A literary festival in Paris celebrates the history of Shakespeare and Company, a legendary Parisian bookstore. An article about the shop and the festival appeared in this week’s Sunday Times.* Some highlights:
For Sylvia Whitman, 22, from London, the festival, featuring plays, poetry readings and guided tours of the Parisian watering holes of famous Anglophone writers, is a way of celebrating the history of Shakespeare and Company, a bookshop run by her eccentric 90-year-old father George.
For decades the shop on the banks of the Seine has been a haven for penniless poets and authors, the would-be Hemingways and Joyces drawn to Paris by its reputation as a hotbed of inspiration. George Whitman [the owner] allows them to sleep among the books in exchange for help in the shop….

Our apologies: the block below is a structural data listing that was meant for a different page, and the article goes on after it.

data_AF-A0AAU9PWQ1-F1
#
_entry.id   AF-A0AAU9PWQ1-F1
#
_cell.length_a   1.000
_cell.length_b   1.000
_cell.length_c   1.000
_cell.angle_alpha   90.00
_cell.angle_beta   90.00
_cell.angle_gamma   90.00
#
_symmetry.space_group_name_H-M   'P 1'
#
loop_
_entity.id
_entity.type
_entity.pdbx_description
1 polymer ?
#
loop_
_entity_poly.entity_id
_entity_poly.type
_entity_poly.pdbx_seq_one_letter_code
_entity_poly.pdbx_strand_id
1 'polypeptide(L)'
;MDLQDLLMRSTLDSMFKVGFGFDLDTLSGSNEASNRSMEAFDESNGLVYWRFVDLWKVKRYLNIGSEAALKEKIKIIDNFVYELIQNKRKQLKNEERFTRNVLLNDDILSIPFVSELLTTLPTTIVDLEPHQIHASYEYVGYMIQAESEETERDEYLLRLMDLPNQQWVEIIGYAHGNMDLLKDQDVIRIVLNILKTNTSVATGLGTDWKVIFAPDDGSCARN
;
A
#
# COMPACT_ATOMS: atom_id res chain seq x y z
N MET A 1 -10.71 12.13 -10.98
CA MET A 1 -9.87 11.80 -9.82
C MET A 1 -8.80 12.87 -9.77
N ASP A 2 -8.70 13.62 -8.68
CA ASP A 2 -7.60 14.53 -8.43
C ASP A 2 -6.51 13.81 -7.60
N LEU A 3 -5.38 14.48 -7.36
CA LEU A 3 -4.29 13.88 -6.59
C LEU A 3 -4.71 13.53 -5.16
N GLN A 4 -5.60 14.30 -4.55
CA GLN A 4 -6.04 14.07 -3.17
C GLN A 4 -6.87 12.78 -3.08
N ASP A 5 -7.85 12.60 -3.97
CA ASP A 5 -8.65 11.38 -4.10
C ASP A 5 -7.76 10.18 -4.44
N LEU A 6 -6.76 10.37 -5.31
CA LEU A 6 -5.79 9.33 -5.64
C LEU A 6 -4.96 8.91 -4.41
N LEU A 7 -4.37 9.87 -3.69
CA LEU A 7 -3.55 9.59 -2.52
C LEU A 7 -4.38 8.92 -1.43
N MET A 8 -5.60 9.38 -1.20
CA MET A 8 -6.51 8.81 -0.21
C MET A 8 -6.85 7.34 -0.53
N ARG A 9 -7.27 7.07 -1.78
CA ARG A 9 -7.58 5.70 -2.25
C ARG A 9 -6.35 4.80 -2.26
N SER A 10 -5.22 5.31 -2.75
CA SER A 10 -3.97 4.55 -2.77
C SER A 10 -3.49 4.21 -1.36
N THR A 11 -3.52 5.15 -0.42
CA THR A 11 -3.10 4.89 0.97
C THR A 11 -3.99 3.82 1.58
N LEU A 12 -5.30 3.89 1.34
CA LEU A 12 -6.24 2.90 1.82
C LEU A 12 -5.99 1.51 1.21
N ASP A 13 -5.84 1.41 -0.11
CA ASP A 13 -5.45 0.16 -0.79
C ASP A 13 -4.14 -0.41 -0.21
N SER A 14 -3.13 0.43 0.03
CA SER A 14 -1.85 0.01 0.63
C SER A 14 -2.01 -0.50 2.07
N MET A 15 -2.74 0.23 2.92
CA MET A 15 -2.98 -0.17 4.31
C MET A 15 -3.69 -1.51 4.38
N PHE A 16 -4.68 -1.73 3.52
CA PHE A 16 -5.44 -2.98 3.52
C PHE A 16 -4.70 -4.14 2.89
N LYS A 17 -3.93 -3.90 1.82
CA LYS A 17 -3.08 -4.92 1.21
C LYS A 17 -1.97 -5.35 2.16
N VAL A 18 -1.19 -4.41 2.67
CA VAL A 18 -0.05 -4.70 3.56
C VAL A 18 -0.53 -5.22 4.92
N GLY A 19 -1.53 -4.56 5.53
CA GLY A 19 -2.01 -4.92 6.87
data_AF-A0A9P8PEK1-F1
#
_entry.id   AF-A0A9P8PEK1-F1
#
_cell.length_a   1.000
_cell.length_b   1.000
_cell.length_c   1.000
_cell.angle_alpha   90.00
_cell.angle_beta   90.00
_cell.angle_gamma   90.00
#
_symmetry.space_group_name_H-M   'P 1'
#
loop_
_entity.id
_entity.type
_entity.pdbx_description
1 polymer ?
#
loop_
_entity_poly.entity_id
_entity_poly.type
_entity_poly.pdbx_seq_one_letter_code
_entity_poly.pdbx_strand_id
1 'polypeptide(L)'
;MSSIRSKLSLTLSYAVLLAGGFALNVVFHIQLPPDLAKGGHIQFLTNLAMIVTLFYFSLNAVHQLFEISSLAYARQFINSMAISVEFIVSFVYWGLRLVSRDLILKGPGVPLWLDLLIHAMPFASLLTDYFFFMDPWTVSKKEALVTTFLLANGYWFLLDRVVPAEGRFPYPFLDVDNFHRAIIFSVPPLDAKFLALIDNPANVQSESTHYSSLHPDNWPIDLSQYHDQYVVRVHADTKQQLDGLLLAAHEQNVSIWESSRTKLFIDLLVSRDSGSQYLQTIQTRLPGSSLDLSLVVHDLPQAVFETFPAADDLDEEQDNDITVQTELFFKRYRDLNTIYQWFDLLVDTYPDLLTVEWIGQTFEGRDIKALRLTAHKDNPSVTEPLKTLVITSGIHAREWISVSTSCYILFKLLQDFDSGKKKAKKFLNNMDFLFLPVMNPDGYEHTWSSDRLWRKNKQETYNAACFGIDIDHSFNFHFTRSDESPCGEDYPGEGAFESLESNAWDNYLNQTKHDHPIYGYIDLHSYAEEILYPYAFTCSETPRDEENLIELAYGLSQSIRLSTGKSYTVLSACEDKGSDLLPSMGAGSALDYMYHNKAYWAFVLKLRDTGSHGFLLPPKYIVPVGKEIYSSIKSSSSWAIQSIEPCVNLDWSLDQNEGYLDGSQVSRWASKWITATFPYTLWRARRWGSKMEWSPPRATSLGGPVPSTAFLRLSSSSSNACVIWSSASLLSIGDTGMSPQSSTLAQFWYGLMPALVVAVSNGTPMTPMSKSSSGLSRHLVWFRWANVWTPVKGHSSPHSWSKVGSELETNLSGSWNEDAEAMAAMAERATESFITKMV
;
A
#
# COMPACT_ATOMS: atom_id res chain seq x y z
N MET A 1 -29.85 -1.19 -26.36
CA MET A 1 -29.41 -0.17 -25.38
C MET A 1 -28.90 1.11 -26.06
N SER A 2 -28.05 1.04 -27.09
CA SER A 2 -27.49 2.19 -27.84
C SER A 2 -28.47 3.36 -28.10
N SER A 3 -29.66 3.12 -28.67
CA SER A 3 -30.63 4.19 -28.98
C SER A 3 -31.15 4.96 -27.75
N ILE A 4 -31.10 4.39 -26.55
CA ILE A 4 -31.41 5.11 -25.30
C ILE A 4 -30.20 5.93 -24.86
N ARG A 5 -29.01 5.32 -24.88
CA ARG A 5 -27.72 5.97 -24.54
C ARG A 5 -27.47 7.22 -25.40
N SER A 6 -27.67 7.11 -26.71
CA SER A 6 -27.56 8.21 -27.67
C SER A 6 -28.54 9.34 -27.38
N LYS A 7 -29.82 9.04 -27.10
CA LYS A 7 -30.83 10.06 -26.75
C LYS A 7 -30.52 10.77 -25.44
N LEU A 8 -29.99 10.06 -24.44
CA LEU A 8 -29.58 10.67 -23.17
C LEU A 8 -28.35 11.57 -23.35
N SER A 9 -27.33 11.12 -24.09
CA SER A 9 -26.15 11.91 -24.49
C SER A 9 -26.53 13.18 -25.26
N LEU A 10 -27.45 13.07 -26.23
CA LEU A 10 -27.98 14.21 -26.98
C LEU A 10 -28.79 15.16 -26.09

In [the early] days the company was run by Sylvia Beach, an American, and became the spiritual home of Ernest Hemingway, Ezra Pound, F Scott Fitzgerald and Gertrude Stein. The shop never reopened after the war. Then along came George Whitman.
In 1951 he opened his shop nearby, later taking over the Shakespeare and Company name. Since then he has lodged and befriended generations of writers, including Henry Miller, Bertolt Brecht, Arthur Miller, Graham Greene and Lawrence Durrell. Burroughs would consult the medical books in Whitmanâ€™s personal library while working on his most famous work, Naked Lunch.
(Another link courtesy of Emma Garman.)
* Unfortunately, a paid subscription is required to access the newspaper online.